Yukon Gold potato

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Yukon Gold is a large variety of potato most distinctly characterized by its thin, smooth eye free skin and yellow tinged flesh. This variety of potato was developed in 1960s by G. R. Johnston, R.G. Rowberry, and Dr. Norman Thompson in Guelph, Ontario, Canada at the University of Guelph[1]. The official cross was made in 1966 and the Yukon Gold was finally released into the market in 1980.

Displayed here is the Golden Yellow Flesh of the Yukon Gold Potato

Cooking Methods[edit]

Unlike some other potato varietals the Yukon Gold can stand up to both dry heat and wet heat cooking methods. Its waxy moist flesh and sweet flavour make it ideal for boiling, baking and frying but these potatoes will also withstand grilling, pan frying, and roasting.

Variety Development[edit]

Gary Johnston, creator of Yukon Gold Variety of Potatoes

In the 1900s many Dutch and Belgian immigrants began settling in the “Banana Belt” region of southern Ontario. Many of these immigrants began vegetable farming around the towns of Simcoe, Leamington and Harrow along the shore of Lake Erie. In the 1950s the vegetable growers of this region began petitioning for the breeding rights and licensing for a yellow fleshed potato variety as they were used to growing in Europe. For Gary Johnston this began the nearly 30 year development of the Yukon Gold Potato.

In 1953, Johnston was one of the scientists that owned the potato development lab at the Ontario Agriculture College at the University of Guelph. In 1959 one of Johnston’s graduate students, a young man originally from Peru, told him of a small, rough, deep yellowed flesh potato that was grown by the indigenous communities in his home country. In Lima this potato variety is considered a delicacy due to its bright color and distinct flavor. After trying these Peruvian potatoes, Johnston started thinking about creating a variety that would have the same colour and flavor characteristics as these potatoes but would be larger in size and have a smoother shape similar to the potatoes being grown in the “Banana Belt”. In 1966 the development team made their first cross between a W5289-4 (2x cross between Yema de huevo and 2x Katahdin) and a Norgleam potato native to North Dakota. After the 66th cross that year, true seed was produced and the G6666 was created.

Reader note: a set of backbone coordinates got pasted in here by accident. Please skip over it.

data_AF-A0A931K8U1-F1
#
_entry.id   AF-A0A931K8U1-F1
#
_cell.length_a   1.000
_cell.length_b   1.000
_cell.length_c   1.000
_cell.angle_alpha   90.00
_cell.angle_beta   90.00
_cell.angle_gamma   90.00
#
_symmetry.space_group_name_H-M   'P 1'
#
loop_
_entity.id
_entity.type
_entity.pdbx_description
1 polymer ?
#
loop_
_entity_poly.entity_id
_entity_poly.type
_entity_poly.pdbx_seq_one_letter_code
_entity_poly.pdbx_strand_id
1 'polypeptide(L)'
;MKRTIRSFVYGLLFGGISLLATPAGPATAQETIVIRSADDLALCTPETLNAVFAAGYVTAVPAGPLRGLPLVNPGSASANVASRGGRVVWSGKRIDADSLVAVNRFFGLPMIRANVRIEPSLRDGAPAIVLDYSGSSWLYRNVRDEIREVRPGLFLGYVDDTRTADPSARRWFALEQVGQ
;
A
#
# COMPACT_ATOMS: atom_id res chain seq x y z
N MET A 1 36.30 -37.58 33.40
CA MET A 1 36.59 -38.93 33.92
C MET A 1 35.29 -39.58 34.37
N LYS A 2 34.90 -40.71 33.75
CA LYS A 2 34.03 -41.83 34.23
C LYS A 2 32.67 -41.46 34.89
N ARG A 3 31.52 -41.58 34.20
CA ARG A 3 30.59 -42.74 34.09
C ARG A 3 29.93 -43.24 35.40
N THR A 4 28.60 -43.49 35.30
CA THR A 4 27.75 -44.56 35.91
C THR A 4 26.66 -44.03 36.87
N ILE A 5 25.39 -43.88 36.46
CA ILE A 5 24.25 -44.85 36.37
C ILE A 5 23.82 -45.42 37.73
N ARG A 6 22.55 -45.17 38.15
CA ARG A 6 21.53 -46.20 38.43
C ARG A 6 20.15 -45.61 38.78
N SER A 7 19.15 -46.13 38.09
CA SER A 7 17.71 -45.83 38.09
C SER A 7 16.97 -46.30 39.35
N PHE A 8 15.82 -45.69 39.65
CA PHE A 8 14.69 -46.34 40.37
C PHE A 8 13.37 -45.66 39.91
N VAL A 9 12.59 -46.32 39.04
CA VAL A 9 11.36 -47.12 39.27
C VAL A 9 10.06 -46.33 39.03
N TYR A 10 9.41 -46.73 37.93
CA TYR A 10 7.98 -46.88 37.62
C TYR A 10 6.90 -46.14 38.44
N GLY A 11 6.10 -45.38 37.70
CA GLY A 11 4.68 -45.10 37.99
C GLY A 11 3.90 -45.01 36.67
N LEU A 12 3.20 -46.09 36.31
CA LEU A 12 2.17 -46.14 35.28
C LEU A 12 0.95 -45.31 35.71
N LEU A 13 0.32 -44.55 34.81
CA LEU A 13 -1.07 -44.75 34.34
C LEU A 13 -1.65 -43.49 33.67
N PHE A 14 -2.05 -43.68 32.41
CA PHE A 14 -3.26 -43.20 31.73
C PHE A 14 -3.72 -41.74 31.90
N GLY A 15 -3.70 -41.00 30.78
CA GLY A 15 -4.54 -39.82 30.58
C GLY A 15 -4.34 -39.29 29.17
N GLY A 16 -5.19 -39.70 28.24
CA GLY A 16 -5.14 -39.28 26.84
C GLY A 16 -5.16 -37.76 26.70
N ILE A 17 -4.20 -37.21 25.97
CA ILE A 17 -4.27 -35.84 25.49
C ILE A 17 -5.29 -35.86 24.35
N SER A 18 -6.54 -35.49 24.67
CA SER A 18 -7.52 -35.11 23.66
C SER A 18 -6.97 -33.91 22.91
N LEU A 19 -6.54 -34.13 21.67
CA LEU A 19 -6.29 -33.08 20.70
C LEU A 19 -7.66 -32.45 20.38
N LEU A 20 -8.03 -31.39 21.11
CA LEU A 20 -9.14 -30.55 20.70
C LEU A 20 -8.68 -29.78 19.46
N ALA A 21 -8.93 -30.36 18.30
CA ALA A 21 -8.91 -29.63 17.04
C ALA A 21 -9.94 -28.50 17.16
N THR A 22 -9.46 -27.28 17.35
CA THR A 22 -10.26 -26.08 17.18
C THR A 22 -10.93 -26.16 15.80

Variety Name[edit]

This variety of potato was named by Gary Johnston and Charlie Bishop. Initially named “Yukon” by Johnston for the Yukon River and gold rush country in Northern Canada. Bishop suggested adding Gold to better reflect the colour and appearance of the potato.

Agriculture and Growing[edit]

1960's Potato Farming Machinery
1960's Potato Farming Machinery

General Features[edit]

  • Bred from Norgleam x W5279-4 cross at the University of Guelph, registered in 1980.
  • Plant maturity reached at mid-season.

Botanical Features[edit]

  • Leaves are olive green, moderately skinny and open away from stem.
  • Flowers are light violet with a star of yellow-green at the base becoming light violet towards the edges.
  • Buds range from light green to purplish green.
  • Tubers (Potatoes) are oval with a slightly flattened shape and with smooth contours and shallow eyes.
  • Skin appears light yellow to light golden brown and is flaked with yellow.
  • Flesh is yellow in colour and has high moisture content.
  • Sprouts are reddish purple.

Nutritional facts[edit]

For 1 medium potato - 150g

  • Calories 110
  • Total Fat 0 g
  • Saturated 0 g
  • Polyunsaturated 0 g
  • Monounsaturated 0 g
  • Trans 0 g
  • Sodium 10 mg
  • Potassium 770 mg
  • Total Carbs 26 g 9%*
  • Dietary Fiber 2 g 8%*
  • Sugars 3 g
  • Protein 3 g

  • Cholesterol 0 mg
  • Vitamin A 0%*
  • Vitamin C 50%*
  • Calcium 2%*
  • Iron 15%*

  • Percent Daily Values are based on a 2,000 calorie diet. Your daily values may be higher or lower depending on your calorie needs.

Agricultural Features[edit]

  • Medium to high yield.
  • Large tubers are slightly susceptible to hollow heart (hollowed center of potato)
  • Excellent storability due to long dormancy phase; best to store in a cold dark place.

See also[edit]

External links[edit]